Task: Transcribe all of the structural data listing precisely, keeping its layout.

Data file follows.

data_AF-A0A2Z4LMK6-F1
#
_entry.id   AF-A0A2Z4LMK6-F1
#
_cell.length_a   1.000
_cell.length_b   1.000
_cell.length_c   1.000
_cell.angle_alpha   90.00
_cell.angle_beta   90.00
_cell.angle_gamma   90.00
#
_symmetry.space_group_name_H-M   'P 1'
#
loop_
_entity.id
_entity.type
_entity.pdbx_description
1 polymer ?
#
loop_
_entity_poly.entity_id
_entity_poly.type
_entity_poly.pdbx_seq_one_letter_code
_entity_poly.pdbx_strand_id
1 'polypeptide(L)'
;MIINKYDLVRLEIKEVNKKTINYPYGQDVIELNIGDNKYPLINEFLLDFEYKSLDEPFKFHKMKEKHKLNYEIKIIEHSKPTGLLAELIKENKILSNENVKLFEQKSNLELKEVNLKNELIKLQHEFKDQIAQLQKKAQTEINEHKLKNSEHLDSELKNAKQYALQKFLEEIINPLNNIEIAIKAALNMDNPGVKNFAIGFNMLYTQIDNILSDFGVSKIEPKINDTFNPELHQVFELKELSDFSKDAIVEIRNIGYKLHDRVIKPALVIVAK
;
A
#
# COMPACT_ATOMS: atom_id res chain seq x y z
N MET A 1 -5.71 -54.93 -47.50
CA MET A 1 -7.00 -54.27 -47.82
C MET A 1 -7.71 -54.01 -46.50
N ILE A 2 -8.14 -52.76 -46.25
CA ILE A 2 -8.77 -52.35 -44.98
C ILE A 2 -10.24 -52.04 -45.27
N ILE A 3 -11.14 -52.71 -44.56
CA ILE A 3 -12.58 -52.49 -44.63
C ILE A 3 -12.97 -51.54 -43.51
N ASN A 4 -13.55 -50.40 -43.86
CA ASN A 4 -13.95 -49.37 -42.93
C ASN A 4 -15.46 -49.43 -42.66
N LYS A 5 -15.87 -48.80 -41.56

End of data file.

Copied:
data_AF-A0A2Z4LMK6-F1
#
_entry.id   AF-A0A2Z4LMK6-F1
#
_cell.length_a   1.000
_cell.length_b   1.000
_cell.length_c   1.000
_cell.angle_alpha   90.00
_cell.angle_beta   90.00
_cell.angle_gamma   90.00
#
_symmetry.space_group_name_H-M   'P 1'
#
loop_
_entity.id
_entity.type
_entity.pdbx_description
1 polymer ?
#
loop_
_entity_poly.entity_id
_entity_poly.type
_entity_poly.pdbx_seq_one_letter_code
_entity_poly.pdbx_strand_id
1 'polypeptide(L)'
;MIINKYDLVRLEIKEVNKKTINYPYGQDVIELNIGDNKYPLINEFLLDFEYKSLDEPFKFHKMKEKHKLNYEIKIIEHSKPTGLLAELIKENKILSNENVKLFEQKSNLELKEVNLKNELIKLQHEFKDQIAQLQKKAQTEINEHKLKNSEHLDSELKNAKQYALQKFLEEIINPLNNIEIAIKAALNMDNPGVKNFAIGFNMLYTQIDNILSDFGVSKIEPKINDTFNPELHQVFELKELSDFSKDAIVEIRNIGYKLHDRVIKPALVIVAK
;
A
#
# COMPACT_ATOMS: atom_id res chain seq x y z
N MET A 1 -5.71 -54.93 -47.50
CA MET A 1 -7.00 -54.27 -47.82
C MET A 1 -7.71 -54.01 -46.50
N ILE A 2 -8.14 -52.76 -46.25
CA ILE A 2 -8.77 -52.35 -44.98
C ILE A 2 -10.24 -52.04 -45.27
N ILE A 3 -11.14 -52.71 -44.56
CA ILE A 3 -12.58 -52.49 -44.63
C ILE A 3 -12.97 -51.54 -43.51
N ASN A 4 -13.55 -50.40 -43.86
CA ASN A 4 -13.95 -49.37 -42.93
C ASN A 4 -15.46 -49.43 -42.66
N LYS A 5 -15.87 -48.80 -41.56